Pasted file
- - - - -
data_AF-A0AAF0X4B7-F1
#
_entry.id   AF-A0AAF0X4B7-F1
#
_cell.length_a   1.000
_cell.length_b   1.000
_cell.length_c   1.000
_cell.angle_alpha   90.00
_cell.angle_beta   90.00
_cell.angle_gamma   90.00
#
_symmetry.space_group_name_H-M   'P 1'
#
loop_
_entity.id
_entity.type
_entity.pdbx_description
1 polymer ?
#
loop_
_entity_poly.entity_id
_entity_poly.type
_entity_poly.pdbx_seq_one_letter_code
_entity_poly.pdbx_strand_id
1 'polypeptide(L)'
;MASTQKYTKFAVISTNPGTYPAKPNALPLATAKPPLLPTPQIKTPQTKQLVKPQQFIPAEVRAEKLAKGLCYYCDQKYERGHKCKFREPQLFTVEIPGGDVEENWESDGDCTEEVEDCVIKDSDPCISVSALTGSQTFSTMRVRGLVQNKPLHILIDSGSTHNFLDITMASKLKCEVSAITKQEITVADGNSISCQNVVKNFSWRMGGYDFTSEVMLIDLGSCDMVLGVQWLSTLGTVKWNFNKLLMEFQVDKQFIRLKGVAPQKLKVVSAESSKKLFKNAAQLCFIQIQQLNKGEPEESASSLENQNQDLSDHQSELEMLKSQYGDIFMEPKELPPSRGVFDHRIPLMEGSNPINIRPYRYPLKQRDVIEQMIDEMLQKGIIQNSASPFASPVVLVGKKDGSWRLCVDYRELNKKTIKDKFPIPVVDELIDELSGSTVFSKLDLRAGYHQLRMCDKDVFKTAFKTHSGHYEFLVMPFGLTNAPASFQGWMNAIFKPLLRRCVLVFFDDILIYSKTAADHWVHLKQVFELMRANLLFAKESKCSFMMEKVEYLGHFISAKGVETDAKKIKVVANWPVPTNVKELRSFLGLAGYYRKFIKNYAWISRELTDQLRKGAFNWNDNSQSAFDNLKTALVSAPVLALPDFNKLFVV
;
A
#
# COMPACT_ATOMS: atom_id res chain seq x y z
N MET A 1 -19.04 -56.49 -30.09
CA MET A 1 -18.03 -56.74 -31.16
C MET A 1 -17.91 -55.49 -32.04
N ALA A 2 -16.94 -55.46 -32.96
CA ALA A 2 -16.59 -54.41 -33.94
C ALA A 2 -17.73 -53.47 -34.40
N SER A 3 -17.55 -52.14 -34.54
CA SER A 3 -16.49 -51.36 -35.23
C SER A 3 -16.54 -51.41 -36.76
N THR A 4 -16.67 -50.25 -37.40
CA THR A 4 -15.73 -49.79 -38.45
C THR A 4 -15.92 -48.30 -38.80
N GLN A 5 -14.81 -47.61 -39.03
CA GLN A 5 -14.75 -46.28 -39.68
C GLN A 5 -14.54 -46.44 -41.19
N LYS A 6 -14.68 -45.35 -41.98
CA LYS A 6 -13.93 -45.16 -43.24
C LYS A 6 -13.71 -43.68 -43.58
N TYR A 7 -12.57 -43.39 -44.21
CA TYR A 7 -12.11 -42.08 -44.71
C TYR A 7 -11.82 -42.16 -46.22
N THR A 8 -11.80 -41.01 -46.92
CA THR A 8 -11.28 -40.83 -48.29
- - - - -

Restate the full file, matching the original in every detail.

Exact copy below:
data_AF-A0AAF0X4B7-F1
#
_entry.id   AF-A0AAF0X4B7-F1
#
_cell.length_a   1.000
_cell.length_b   1.000
_cell.length_c   1.000
_cell.angle_alpha   90.00
_cell.angle_beta   90.00
_cell.angle_gamma   90.00
#
_symmetry.space_group_name_H-M   'P 1'
#
loop_
_entity.id
_entity.type
_entity.pdbx_description
1 polymer ?
#
loop_
_entity_poly.entity_id
_entity_poly.type
_entity_poly.pdbx_seq_one_letter_code
_entity_poly.pdbx_strand_id
1 'polypeptide(L)'
;MASTQKYTKFAVISTNPGTYPAKPNALPLATAKPPLLPTPQIKTPQTKQLVKPQQFIPAEVRAEKLAKGLCYYCDQKYERGHKCKFREPQLFTVEIPGGDVEENWESDGDCTEEVEDCVIKDSDPCISVSALTGSQTFSTMRVRGLVQNKPLHILIDSGSTHNFLDITMASKLKCEVSAITKQEITVADGNSISCQNVVKNFSWRMGGYDFTSEVMLIDLGSCDMVLGVQWLSTLGTVKWNFNKLLMEFQVDKQFIRLKGVAPQKLKVVSAESSKKLFKNAAQLCFIQIQQLNKGEPEESASSLENQNQDLSDHQSELEMLKSQYGDIFMEPKELPPSRGVFDHRIPLMEGSNPINIRPYRYPLKQRDVIEQMIDEMLQKGIIQNSASPFASPVVLVGKKDGSWRLCVDYRELNKKTIKDKFPIPVVDELIDELSGSTVFSKLDLRAGYHQLRMCDKDVFKTAFKTHSGHYEFLVMPFGLTNAPASFQGWMNAIFKPLLRRCVLVFFDDILIYSKTAADHWVHLKQVFELMRANLLFAKESKCSFMMEKVEYLGHFISAKGVETDAKKIKVVANWPVPTNVKELRSFLGLAGYYRKFIKNYAWISRELTDQLRKGAFNWNDNSQSAFDNLKTALVSAPVLALPDFNKLFVV
;
A
#
# COMPACT_ATOMS: atom_id res chain seq x y z
N MET A 1 -19.04 -56.49 -30.09
CA MET A 1 -18.03 -56.74 -31.16
C MET A 1 -17.91 -55.49 -32.04
N ALA A 2 -16.94 -55.46 -32.96
CA ALA A 2 -16.59 -54.41 -33.94
C ALA A 2 -17.73 -53.47 -34.40
N SER A 3 -17.55 -52.14 -34.54
CA SER A 3 -16.49 -51.36 -35.23
C SER A 3 -16.54 -51.41 -36.76
N THR A 4 -16.67 -50.25 -37.40
CA THR A 4 -15.73 -49.79 -38.45
C THR A 4 -15.92 -48.30 -38.80
N GLN A 5 -14.81 -47.61 -39.03
CA GLN A 5 -14.75 -46.28 -39.68
C GLN A 5 -14.54 -46.44 -41.19
N LYS A 6 -14.68 -45.35 -41.98
CA LYS A 6 -13.93 -45.16 -43.24
C LYS A 6 -13.71 -43.68 -43.58
N TYR A 7 -12.57 -43.39 -44.21
CA TYR A 7 -12.11 -42.08 -44.71
C TYR A 7 -11.82 -42.16 -46.22
N THR A 8 -11.80 -41.01 -46.92
CA THR A 8 -11.28 -40.83 -48.29